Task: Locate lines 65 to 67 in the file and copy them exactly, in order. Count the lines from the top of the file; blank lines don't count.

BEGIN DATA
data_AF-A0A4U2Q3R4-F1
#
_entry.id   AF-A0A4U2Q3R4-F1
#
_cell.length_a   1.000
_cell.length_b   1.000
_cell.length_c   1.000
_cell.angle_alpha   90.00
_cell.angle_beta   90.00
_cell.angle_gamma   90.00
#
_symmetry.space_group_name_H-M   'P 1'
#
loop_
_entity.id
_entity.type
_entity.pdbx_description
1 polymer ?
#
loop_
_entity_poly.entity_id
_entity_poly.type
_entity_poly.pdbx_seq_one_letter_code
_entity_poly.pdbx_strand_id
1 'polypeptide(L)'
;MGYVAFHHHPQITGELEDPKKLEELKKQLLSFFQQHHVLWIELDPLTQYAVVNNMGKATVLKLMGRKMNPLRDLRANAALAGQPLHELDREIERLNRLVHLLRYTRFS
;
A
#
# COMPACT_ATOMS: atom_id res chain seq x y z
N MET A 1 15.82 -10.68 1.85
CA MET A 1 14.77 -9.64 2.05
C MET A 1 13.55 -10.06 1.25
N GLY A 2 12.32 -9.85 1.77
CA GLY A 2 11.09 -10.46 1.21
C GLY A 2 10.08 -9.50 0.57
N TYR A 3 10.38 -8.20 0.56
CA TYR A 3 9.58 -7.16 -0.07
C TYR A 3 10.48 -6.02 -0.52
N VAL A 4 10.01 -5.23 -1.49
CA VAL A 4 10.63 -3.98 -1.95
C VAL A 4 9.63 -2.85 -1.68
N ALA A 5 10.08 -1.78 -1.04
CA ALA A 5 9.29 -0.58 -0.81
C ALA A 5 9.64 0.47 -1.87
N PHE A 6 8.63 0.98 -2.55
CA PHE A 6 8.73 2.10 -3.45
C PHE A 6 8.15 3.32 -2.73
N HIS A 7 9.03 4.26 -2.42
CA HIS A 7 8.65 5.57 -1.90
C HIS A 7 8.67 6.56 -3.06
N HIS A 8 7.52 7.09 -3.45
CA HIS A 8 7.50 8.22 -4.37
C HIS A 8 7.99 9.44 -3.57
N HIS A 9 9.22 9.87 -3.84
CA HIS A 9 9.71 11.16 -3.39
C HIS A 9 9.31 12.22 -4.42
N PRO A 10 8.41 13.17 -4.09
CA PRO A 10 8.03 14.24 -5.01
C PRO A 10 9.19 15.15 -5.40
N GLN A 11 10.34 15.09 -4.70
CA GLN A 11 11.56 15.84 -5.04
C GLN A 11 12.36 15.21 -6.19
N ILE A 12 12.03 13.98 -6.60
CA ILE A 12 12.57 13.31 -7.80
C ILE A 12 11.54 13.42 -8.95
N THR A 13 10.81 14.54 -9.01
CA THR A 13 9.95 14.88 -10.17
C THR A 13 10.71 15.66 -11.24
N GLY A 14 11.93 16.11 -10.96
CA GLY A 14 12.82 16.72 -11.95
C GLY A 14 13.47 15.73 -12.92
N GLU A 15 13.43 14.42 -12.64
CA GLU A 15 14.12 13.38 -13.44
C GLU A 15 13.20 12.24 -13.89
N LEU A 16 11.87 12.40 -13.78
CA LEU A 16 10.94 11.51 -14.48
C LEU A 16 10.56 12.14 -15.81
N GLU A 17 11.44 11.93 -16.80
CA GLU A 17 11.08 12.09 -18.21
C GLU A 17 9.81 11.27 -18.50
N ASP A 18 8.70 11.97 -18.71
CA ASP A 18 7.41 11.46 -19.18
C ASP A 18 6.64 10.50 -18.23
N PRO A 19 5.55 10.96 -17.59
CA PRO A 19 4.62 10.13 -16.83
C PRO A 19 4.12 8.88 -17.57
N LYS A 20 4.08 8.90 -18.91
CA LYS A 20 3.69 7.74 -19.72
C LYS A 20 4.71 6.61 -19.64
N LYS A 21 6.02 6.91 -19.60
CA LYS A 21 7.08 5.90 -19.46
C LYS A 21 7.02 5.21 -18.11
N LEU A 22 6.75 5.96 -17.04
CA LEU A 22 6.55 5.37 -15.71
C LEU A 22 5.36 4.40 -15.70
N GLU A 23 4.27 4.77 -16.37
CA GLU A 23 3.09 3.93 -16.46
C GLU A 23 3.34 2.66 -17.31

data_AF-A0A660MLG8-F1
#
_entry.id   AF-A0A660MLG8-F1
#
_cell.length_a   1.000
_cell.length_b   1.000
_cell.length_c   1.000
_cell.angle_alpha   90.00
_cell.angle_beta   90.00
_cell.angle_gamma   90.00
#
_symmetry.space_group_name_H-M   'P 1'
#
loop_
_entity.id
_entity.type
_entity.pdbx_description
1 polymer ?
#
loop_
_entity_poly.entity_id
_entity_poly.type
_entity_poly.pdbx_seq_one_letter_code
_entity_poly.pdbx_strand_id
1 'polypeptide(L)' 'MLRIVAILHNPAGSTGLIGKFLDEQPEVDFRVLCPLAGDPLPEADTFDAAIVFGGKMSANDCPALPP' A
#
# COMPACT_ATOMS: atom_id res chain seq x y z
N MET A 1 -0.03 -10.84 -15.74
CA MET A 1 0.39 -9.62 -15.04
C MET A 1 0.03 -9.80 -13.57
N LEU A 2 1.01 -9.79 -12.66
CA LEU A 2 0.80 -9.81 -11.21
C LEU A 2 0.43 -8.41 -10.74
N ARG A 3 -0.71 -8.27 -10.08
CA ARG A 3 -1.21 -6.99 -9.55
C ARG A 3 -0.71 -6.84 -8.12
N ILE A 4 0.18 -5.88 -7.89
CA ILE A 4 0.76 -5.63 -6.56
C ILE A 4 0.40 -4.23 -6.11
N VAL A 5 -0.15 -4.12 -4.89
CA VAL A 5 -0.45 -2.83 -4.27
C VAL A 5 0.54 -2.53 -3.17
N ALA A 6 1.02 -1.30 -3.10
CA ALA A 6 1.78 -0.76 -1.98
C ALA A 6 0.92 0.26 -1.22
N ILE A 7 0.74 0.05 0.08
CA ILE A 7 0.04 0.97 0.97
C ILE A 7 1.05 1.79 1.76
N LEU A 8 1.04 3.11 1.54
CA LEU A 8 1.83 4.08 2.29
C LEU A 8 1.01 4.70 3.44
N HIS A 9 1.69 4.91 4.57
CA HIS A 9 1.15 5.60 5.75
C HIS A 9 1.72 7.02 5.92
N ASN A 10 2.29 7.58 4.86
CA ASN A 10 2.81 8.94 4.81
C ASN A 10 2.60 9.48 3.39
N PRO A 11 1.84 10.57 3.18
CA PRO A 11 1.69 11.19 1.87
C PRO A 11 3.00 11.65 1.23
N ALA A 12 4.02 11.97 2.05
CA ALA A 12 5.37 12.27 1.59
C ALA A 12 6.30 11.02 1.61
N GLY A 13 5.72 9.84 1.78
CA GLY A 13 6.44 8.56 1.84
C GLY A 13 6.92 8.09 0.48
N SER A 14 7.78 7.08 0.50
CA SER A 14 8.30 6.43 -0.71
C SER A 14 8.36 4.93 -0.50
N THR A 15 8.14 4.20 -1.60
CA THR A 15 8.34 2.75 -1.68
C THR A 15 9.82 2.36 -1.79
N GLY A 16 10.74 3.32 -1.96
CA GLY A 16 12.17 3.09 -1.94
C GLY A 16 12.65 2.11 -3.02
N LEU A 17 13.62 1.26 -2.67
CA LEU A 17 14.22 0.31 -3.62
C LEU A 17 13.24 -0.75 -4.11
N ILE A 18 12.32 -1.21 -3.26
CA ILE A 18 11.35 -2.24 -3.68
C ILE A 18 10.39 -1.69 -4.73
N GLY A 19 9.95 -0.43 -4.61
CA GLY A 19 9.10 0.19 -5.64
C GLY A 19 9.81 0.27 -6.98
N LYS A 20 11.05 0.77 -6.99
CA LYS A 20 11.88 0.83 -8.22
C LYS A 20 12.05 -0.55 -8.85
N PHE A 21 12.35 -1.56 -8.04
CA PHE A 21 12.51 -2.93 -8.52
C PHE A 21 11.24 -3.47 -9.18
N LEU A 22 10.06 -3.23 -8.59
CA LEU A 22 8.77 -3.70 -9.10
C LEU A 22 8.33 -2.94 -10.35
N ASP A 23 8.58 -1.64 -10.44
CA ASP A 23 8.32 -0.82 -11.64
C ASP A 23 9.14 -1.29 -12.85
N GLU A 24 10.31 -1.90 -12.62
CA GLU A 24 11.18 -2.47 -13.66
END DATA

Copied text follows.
CA ILE A 12 12.57 13.31 -7.80
C ILE A 12 11.54 13.42 -8.95
N THR A 13 10.81 14.54 -9.01